On Google Hacks and Product Pitches

A press release arrived this morning with a subject line that caught my eye: "Google Adwords Falls Victim to Cyber Criminals." While I'm always interested in who's compromising what, I tend to be skeptical about such emails. Most are sensational attempts at a back door product pitch.

Indeed, this was no exception. The release said researchers at Exploit Prevention Labs had uncovered a scheme whereby hackers registered a domain, smarttracker.org, and opened a Google Adwords account. But the account was devious. On certain searches, results were engineered so that a trusted hyperlink like the Better Business Bureau would be displayed in the Adwords space. But when a user clicked on that link, they were first redirected to smarttracker.org, which attempted to insert a keylogger on the user's machine. Read about it on the company's blog, here.

Such a scheme, not new, not terribly sophisticated, is almost purely a social attack. Indeed the only malicious elements of the attack are the technical elements: the keylogger and the deceptive redirect. Trivial stuff for malicious hackers. As of this writing, there was no news on Google's site about the scheme. The researcher says that Google has terminated the account. Of course, that doesn't fix the problem.

Indeed, defending against such a scheme relies on two components: One, savvy users, and you'll never have 100 percent awareness against social engineering, especially subtler versions of it like this. And two, it relies on verifying that all hyperlinks in Google Adwords either go to where they say they go or redirect responsibly.

And what do you know, isn't that just what the vendor that discovered the scheme, Exploit Prevention Labs, sells. Their product verifies links are legitimate and offers "complete, real-time" protection against social engineering attacks. The press release offers a trial download.

I have mixed feelings about this. First, discovering and disclosing schemes like this is good. It forces vendors to improve their security.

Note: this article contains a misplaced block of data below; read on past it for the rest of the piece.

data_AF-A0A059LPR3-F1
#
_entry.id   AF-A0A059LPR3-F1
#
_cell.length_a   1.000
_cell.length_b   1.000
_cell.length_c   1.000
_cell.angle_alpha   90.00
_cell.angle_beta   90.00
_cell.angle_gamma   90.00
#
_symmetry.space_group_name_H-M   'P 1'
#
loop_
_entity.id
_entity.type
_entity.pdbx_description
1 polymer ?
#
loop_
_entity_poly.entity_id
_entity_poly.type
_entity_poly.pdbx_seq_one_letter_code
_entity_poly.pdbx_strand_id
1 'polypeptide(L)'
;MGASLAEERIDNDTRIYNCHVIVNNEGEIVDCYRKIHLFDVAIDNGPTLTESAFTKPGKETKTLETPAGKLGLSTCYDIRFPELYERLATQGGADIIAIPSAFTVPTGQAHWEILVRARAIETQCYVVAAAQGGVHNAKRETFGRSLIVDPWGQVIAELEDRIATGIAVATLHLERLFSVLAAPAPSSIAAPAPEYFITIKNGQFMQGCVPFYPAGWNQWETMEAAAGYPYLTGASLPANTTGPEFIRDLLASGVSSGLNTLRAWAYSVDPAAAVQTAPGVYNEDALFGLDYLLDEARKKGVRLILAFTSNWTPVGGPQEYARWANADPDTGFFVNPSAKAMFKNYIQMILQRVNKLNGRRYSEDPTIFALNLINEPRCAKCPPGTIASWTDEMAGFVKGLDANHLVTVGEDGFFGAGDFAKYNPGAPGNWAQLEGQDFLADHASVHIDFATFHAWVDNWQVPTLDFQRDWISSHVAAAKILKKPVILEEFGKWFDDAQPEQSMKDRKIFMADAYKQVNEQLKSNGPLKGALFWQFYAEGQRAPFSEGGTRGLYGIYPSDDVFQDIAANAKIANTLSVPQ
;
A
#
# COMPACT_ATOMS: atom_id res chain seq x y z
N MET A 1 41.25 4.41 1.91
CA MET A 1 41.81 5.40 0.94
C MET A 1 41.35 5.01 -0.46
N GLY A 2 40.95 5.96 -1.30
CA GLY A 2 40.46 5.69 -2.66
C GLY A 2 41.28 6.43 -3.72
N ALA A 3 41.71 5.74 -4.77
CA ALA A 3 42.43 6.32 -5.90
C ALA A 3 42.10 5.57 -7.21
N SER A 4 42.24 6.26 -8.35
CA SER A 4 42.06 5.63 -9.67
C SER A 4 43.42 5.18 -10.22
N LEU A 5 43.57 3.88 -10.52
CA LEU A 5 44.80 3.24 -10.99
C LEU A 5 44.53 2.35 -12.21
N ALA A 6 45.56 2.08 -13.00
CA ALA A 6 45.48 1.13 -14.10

But on the other hand, with product to push, the researchers are not independent and everything they do must be met with a skeptical eye. Think of it this way: How would you treat news that Coca-Cola's research department had discovered health benefits to drinking soda? It's a fine line between simply researching vulnerabilities and engineering them. Creating "proof-of-concept" vulnerabilities that aren't in the wild is a great way to drum up business. "It may not be out there yet, but we've proven it could be" is the message.

A vendor's job is to make money. It has a vested interest in sensationalizing problems to get people to buy a particular cure. The effect of this is to skew research toward the problems the vendors happen to address. It takes vulnerability out of its broader context. For example, Cross-Site Scripting (XSS) could be considered a far more prevalent and more serious vulnerability on the Web than this Adwords scheme. (For more on XSS, check out The Chilling Effect). But few vendor research departments are publicizing the fact that XSS vulnerabilities can be found in millions of Web sites y because it's such a difficult problem to address with products. The problem is similar to one found in the pharmaceutical industry. Drug companies' research doesn't necessarily follow what diseases are in most dire need of treatment or cure. It follows what those companies suspect will be profitable research. Thus, while a cure for malaria seems possible, companies are busy creating drugs for "restless leg syndrome."

Do most security researchers at commercial companies act judiciously when discovering and disclosing vulnerabilities? Probably. It's probably smart to maintain a healthy skepticism, though. And, for now, be careful with Google Adwords.

--Scott Berinato

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